- Turning Hand Touch – the raider suddenly changes direction and immediately tries to touch the Corner/2nd in the other direction; this skill serves as a surprise attack and should be applied only every now and then by the same raider; so that the defenders would not be able to anticipate it
- Stooping Hand Touch – the raider lunges for a defender’s foot/ankle/leg ( typically a Corner or Cover) by stooping forward or sideward and outstretching his arm; this sudden forward/sideward thrust of the body typically takes defenders by surprise, but if not careful, the risk of thigh hold is also increased
- Hopping Hand Touch – the raider makes a hopping movement when approaching one of the Corners/ Ins, to rapidly reduce the distance between them and achieve his goal; attacking closer to the defenders’ lobby( a marked area parallel to the end line) can make it easier for him to get back to his side
- Feint & Hand Touch – the raider can create a deceptive situation using his upper body as part of his tactics, in order to divert the defenders’ attention from his hands and then apply the hand touch to their surprise; excellent footwork is also required.
2 The Foot Touch
The foot touch is also among the fundamental skills of Kabaddi that raiders commonly use to score points. When executing this Kabaddi raiding skill, the raider uses his entire foot, instead of just a toe, to tag one or more defenders. Physical fitness and leg strength in particular are required for the execution of this skill which typically involves a single-leg hip thrust in the direction of the target. The raider then proceeds with dragging his foot towards the defenders in an attempt to touch one or more – this is known as “SLIP” in Kabaddi. The slip enables the raider to rapidly cover a larger area of the defending team’s half of the court, maximizing his chances of touching defenders with his foot.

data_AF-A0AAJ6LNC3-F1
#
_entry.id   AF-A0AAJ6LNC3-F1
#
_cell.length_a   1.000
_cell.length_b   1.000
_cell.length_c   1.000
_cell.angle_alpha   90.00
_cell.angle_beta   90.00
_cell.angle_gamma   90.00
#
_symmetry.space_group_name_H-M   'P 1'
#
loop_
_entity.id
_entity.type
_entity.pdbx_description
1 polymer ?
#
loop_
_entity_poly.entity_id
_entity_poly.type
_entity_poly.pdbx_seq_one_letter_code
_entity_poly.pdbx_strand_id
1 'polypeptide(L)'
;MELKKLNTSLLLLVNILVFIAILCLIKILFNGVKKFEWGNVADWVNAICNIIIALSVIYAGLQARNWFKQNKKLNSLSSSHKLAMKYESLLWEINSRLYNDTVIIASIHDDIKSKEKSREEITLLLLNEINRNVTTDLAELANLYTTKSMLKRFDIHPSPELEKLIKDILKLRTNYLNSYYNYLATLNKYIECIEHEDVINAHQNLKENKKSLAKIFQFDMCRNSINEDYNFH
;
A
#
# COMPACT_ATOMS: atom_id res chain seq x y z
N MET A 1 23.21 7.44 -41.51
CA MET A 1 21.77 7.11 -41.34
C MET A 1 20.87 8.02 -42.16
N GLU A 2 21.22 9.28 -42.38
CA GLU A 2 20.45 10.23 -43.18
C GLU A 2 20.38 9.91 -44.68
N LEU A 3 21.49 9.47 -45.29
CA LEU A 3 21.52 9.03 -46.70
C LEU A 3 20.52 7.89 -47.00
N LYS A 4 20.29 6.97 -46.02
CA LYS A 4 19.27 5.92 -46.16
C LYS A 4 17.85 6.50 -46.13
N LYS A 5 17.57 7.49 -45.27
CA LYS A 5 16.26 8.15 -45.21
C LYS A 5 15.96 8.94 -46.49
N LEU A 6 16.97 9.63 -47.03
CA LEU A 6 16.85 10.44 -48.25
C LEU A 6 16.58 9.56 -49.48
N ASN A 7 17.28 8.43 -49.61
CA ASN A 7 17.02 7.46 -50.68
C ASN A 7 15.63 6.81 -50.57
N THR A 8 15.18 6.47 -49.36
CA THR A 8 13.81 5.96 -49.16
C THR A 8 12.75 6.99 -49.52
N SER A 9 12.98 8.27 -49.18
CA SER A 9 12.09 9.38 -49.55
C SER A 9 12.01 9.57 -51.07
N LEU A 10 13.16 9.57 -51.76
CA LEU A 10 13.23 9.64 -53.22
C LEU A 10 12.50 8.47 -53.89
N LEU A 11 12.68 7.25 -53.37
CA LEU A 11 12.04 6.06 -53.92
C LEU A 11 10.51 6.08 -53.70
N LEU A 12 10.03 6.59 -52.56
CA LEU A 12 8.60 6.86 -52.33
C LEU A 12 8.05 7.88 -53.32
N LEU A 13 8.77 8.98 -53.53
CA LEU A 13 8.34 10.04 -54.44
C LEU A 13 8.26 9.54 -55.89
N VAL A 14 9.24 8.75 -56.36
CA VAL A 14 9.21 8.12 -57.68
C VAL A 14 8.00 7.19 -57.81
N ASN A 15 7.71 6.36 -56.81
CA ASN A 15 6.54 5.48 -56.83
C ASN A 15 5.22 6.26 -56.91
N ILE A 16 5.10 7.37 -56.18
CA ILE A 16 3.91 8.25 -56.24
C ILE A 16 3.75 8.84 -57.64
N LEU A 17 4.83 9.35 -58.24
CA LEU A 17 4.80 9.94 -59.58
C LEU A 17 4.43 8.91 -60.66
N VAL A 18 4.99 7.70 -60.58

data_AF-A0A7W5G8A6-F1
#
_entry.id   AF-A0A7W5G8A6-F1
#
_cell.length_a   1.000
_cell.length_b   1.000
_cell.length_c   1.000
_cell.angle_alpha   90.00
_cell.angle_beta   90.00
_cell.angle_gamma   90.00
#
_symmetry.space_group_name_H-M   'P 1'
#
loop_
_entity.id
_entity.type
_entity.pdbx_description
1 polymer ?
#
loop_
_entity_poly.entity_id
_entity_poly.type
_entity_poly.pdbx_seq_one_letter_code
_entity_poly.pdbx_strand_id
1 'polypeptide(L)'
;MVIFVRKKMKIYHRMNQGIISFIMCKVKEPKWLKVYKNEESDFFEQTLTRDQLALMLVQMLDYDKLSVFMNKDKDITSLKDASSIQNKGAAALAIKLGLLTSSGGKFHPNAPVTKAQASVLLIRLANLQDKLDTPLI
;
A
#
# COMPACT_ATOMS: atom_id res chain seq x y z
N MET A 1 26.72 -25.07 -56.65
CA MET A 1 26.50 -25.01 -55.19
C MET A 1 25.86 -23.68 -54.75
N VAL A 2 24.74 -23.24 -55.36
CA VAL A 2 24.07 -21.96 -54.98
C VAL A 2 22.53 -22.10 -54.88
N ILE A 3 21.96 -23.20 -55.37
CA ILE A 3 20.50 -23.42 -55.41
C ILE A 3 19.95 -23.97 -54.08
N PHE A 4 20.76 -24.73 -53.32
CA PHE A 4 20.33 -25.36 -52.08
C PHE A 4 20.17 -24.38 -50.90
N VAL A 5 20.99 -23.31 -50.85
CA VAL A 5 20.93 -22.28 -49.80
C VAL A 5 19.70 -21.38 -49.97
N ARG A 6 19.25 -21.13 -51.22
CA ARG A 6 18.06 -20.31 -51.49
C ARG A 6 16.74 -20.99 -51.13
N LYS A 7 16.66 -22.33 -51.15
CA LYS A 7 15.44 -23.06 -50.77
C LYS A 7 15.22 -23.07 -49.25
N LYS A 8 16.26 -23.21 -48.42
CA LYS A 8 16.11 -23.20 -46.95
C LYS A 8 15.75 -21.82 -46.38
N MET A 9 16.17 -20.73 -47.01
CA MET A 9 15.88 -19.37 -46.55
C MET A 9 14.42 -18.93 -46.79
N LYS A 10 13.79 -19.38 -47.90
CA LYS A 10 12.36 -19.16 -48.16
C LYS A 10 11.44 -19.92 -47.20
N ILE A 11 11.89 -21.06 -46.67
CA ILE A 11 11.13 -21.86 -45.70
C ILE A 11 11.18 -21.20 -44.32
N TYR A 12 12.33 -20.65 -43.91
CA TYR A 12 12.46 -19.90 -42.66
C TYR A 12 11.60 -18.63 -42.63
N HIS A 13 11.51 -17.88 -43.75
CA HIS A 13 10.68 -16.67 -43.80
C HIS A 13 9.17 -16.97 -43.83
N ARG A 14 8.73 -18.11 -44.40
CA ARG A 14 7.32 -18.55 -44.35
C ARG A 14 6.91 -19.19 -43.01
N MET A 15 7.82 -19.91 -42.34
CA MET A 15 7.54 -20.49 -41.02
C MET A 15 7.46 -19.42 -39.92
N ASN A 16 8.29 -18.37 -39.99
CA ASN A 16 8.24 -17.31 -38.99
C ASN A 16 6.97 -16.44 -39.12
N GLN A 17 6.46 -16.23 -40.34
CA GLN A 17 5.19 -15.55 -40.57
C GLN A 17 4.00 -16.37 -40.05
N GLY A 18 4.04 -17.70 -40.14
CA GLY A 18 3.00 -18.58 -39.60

3 The Toe Touch
One of the most popular Kabaddi raiding skills, the toe touch is similar to the foot touch but the raider only uses his toe to tag one or more antis. This offensive skill is preferred by raiders who want to play safer because it can be executed while maintaining a certain distance from the defenders. When applying the toe touch, the raider’s leading leg should be fully extended, the elbows should be flexed, and the center of gravity should be shifted towards the other leg for proper balance. Likewise, the raider should try to apply this raiding skill nearer the midline to minimize the risk of getting captured with the ankle hold and increase his/her chances of getting back to safety.